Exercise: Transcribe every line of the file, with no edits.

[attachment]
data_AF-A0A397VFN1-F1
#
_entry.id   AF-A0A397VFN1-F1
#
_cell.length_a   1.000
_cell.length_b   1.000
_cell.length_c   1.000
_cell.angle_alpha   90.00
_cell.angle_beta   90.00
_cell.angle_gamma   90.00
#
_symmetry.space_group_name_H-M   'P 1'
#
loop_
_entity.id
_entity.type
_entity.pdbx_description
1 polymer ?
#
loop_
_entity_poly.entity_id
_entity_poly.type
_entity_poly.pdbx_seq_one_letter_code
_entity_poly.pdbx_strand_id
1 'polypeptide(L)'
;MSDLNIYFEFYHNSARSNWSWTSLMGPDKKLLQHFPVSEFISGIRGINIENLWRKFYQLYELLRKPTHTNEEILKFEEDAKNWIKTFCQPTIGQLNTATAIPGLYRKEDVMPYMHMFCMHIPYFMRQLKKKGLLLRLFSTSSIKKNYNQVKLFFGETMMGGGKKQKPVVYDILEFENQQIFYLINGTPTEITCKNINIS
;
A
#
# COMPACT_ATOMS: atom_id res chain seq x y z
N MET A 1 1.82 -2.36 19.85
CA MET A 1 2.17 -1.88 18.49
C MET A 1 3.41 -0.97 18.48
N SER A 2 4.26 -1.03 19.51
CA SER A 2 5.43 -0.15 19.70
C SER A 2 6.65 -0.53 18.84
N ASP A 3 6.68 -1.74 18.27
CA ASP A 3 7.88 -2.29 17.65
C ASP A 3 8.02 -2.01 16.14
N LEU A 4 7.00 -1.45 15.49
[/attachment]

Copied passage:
data_AF-A0A397VFN1-F1
#
_entry.id   AF-A0A397VFN1-F1
#
_cell.length_a   1.000
_cell.length_b   1.000
_cell.length_c   1.000
_cell.angle_alpha   90.00
_cell.angle_beta   90.00
_cell.angle_gamma   90.00
#
_symmetry.space_group_name_H-M   'P 1'
#
loop_
_entity.id
_entity.type
_entity.pdbx_description
1 polymer ?
#
loop_
_entity_poly.entity_id
_entity_poly.type
_entity_poly.pdbx_seq_one_letter_code
_entity_poly.pdbx_strand_id
1 'polypeptide(L)'
;MSDLNIYFEFYHNSARSNWSWTSLMGPDKKLLQHFPVSEFISGIRGINIENLWRKFYQLYELLRKPTHTNEEILKFEEDAKNWIKTFCQPTIGQLNTATAIPGLYRKEDVMPYMHMFCMHIPYFMRQLKKKGLLLRLFSTSSIKKNYNQVKLFFGETMMGGGKKQKPVVYDILEFENQQIFYLINGTPTEITCKNINIS
;
A
#
# COMPACT_ATOMS: atom_id res chain seq x y z
N MET A 1 1.82 -2.36 19.85
CA MET A 1 2.17 -1.88 18.49
C MET A 1 3.41 -0.97 18.48
N SER A 2 4.26 -1.03 19.51
CA SER A 2 5.43 -0.15 19.70
C SER A 2 6.65 -0.53 18.84
N ASP A 3 6.68 -1.74 18.27
CA ASP A 3 7.88 -2.29 17.65
C ASP A 3 8.02 -2.01 16.14
N LEU A 4 7.00 -1.45 15.49